KLIGMAN SUES OVER POLLOCK FILM
New York artist Ruth Kligman who was Jackson Pollock's mistress and who survived the car crash that took the life of the Abstract Expressionist legend in 1956, has asked New York's federal court for an injunction barring Ed Harris' biopic Pollock from being shown, reports Deborah Mitchell in the Daily News. Kligman is suing for copyright infringement after refusing a $1,500 consulting fee for providing Harris with Love Affair, the screenplay adaptation to her 1974 book about her nine-month relationship with Pollock. The suit alleges that the production company has subsequently refused to provide her with copies of the script or film. Harris' directorial debut has been deemed the centerpiece at the 38th New York Film Festival.
SEATTLE MUSEUM FINED OVER MATISSE
U.S. District Judge Robert Lasnik has ruled that the Seattle Art Museum must pay a total of $143,000 in legal costs to the New York gallery Knoedler & Co. in the long-running case of the Henri MatisseOdalisque (1928) that turned out to be Nazi war loot. According to a report in the Seattle Times, the judge imposed the fine after noting that the museum showed "recklessness" in not presenting evidence of ownership of the painting in a timely fashion. The painting, looted by the Nazis from Paris dealer Paul Rosenberg during World War II, was sold by Knoedler in 1954 to Seattle collectors Prentice and Virginia Bloedel. The Bloedels willed the Matisse to the Seattle museum in 1991, but in 1997 the work was discovered to be Nazi war loot and returned to Rosenberg's heirs -- who sold it to casino mogul Steve Wynn for an undisclosed amount estimated to be approximately $2 million. The museum is suing Knoedler for $11 million in the case, which is scheduled to go to trial on Feb. 26, 2001.
PINAULT TO OPEN CONTEMPORARY ART GALLERY IN PARIS
French luxury-goods tycoon François Pinault plans to build a gallery to house his contemporary art collection, reports Agence France-Presse. No architect has been named yet for the 320,000-square-foot Pinault Foundation, which is to be constructed at the old Renault works on Seguin Island in the river Seine in western Paris. Pinault's collection, one of the largest in private hands in Europe, features several hundred works by artists including Joan Miró, Pablo Picasso, Robert Rauschenberg and Andy Warhol. It is expected that Jeff Koons' Split Rocker will be used as a frontispiece to the foundation.
GEHRY REVS UP IN RUSSIA Guggenheim Bilbao architect Frank Gehry is joining 30 other motorcyclists this week to ride from St. Petersburg, Russia, to a village two and a half hours away to formalize the signing of the deal between the Guggenheim and Hermitage museums for the upcoming joint project set to bring "The Art of the Motorcycle" to the Venetian Resort-Hotel-Casino in Vegas, reports Variety. Among the riders in the Guggenheim motorcycle gang, a group that blossomed out of the museum's "The Art of the Motorcycle" exhibition, are Laurence Fishburne, Dennis Hopper and Lauren Hutton.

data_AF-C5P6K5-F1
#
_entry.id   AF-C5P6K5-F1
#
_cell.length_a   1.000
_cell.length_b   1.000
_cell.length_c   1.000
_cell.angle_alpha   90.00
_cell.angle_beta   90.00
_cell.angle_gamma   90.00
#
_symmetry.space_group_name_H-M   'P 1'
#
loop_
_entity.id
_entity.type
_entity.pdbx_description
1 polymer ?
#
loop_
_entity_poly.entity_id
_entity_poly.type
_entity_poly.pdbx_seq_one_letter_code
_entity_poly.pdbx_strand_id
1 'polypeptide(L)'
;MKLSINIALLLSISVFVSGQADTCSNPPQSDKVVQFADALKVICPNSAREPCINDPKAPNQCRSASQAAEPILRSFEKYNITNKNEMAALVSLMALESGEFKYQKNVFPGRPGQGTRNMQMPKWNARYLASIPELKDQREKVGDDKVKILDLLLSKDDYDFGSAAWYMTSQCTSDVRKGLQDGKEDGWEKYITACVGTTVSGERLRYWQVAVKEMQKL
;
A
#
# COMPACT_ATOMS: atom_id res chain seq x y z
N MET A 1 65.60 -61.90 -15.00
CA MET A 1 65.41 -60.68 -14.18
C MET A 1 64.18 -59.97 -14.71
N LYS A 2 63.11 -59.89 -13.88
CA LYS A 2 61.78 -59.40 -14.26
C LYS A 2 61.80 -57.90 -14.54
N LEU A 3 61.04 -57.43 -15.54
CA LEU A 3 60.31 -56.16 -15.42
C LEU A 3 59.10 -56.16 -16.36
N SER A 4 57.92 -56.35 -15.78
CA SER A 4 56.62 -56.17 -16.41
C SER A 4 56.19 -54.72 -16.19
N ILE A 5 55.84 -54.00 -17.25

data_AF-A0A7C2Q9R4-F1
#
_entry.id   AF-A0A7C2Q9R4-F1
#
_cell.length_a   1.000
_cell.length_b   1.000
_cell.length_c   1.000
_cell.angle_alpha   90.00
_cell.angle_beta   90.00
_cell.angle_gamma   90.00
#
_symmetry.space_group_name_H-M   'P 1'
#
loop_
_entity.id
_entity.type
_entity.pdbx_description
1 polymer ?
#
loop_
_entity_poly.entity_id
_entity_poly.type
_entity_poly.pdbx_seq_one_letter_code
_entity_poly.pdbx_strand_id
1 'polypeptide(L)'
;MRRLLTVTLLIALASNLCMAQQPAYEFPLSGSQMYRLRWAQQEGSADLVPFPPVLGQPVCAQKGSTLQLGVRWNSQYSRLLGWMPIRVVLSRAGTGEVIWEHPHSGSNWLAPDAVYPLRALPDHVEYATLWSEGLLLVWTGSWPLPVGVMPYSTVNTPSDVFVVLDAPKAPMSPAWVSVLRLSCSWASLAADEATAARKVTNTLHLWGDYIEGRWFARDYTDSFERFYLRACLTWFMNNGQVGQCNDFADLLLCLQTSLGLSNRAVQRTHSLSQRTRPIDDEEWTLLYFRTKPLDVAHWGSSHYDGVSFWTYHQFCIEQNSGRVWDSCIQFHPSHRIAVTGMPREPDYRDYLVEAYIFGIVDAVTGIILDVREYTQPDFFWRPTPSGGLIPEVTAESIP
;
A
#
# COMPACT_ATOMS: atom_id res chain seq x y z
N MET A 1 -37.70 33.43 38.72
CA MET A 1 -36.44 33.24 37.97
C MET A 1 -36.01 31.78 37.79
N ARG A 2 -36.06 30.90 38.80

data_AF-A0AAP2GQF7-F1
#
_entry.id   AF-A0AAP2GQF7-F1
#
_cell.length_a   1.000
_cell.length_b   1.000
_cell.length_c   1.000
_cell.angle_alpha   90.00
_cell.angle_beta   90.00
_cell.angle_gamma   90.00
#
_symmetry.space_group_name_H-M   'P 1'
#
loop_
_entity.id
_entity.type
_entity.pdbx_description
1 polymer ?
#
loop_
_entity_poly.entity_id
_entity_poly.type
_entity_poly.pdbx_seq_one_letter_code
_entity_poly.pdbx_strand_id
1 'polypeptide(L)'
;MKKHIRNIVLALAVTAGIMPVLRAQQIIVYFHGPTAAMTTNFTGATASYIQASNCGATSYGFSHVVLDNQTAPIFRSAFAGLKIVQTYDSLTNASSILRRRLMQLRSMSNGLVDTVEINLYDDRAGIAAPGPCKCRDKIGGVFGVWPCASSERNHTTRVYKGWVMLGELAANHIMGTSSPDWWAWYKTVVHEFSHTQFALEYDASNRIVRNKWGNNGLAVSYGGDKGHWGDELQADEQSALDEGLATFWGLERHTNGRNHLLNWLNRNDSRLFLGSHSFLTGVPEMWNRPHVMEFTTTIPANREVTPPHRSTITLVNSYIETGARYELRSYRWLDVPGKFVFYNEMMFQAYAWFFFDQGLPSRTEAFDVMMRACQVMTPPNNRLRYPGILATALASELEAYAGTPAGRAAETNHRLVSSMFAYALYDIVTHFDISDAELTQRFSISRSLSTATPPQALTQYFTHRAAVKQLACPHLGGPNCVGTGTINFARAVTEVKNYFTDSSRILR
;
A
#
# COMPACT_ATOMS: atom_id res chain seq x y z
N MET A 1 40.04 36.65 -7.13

NEW CURATOR AT NEW SCHOOL Kathleen Goncharov has resigned after 13 years as curator of the New School art collection, which now numbers over 1,100 works. She will pursue independent projects. Her successor is Stefano Basilico, who closed his SoHo gallery seven months ago. Basilico said the New School will continue collecting contemporary art, and also that he plans to launch a series of project-based shows using school spaces, since the school has no permanent gallery facility.
JOHN WESLEY AT P.S. 1 P.S.1 Contemporary Art Center in Long Island City presents "John Wesley: Paintings 1961-2000," the first U.S. retrospective of works by the quirky Californian painter, opening Sept. 17, 2000. Curated by P.S.1 Director Alanna Heiss, the exhibition features 50 paintings and many works on paper and is accompanied by a catalogue including new essays by Brian O'Doherty and Carolyn Christov-Bakargiev, an interview by Heiss, a chronology by Hannah Green and an anthology of other significant texts and color plates.
MONEY FOR ARTISTS
Attention, artists! The nonprofit organization Creative Capital begins accepting applications for grants in media arts and visual arts for 2000-2001 on Sept. 11. The foundation plans to support 15 projects in each of the two categories at levels ranging from $5,000-$20,000, and the deadline for receipt of application materials is Oct. 31. Check out Creative Capital's website for an application and for more info.
CONRAD MARCA-RELLI, 1913-2000 Conrad Marca-Relli, 87, Boston-born painter known for his large Abstract Expressionist collages, died Aug. 29 at his home in Parma, Italy. Among his many exhibitions were a survey at the Peggy Guggenheim Museum in Venice in 1999 and another in Darmstadt, Germany, this year.
EUAN UGLOW, 1932-2000 Euan Uglow, 68, painter known for his meticulous, formally structured style, died of cancer at his studio in South London on Aug. 31. His last completed work, Nuria, in response to a painting by Monet, is currently featured in the National Gallery's "Encounters: New Art from Old."